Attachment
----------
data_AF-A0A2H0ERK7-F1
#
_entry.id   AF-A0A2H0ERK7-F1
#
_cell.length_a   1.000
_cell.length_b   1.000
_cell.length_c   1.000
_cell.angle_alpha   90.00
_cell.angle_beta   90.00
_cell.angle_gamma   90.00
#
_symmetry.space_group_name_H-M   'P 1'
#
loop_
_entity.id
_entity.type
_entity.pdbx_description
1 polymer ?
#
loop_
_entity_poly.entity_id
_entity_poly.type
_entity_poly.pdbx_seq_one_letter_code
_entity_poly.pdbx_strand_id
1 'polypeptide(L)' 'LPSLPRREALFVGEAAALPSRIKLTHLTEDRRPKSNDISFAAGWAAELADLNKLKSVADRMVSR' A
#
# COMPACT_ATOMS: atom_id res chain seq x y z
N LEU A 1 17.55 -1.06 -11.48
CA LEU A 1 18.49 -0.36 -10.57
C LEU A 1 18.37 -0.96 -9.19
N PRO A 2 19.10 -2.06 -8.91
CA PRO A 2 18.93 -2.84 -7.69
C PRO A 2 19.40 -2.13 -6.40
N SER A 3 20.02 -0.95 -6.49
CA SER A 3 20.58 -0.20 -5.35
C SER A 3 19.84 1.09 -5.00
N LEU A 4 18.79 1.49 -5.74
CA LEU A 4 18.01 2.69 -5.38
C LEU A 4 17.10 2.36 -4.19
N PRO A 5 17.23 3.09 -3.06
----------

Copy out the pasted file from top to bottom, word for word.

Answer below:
data_AF-A0A2H0ERK7-F1
#
_entry.id   AF-A0A2H0ERK7-F1
#
_cell.length_a   1.000
_cell.length_b   1.000
_cell.length_c   1.000
_cell.angle_alpha   90.00
_cell.angle_beta   90.00
_cell.angle_gamma   90.00
#
_symmetry.space_group_name_H-M   'P 1'
#
loop_
_entity.id
_entity.type
_entity.pdbx_description
1 polymer ?
#
loop_
_entity_poly.entity_id
_entity_poly.type
_entity_poly.pdbx_seq_one_letter_code
_entity_poly.pdbx_strand_id
1 'polypeptide(L)' 'LPSLPRREALFVGEAAALPSRIKLTHLTEDRRPKSNDISFAAGWAAELADLNKLKSVADRMVSR' A
#
# COMPACT_ATOMS: atom_id res chain seq x y z
N LEU A 1 17.55 -1.06 -11.48
CA LEU A 1 18.49 -0.36 -10.57
C LEU A 1 18.37 -0.96 -9.19
N PRO A 2 19.10 -2.06 -8.91
CA PRO A 2 18.93 -2.84 -7.69
C PRO A 2 19.40 -2.13 -6.40
N SER A 3 20.02 -0.95 -6.49
CA SER A 3 20.58 -0.20 -5.35
C SER A 3 19.84 1.09 -5.00
N LEU A 4 18.79 1.49 -5.74
CA LEU A 4 18.01 2.69 -5.38
C LEU A 4 17.10 2.36 -4.19
N PRO A 5 17.23 3.09 -3.06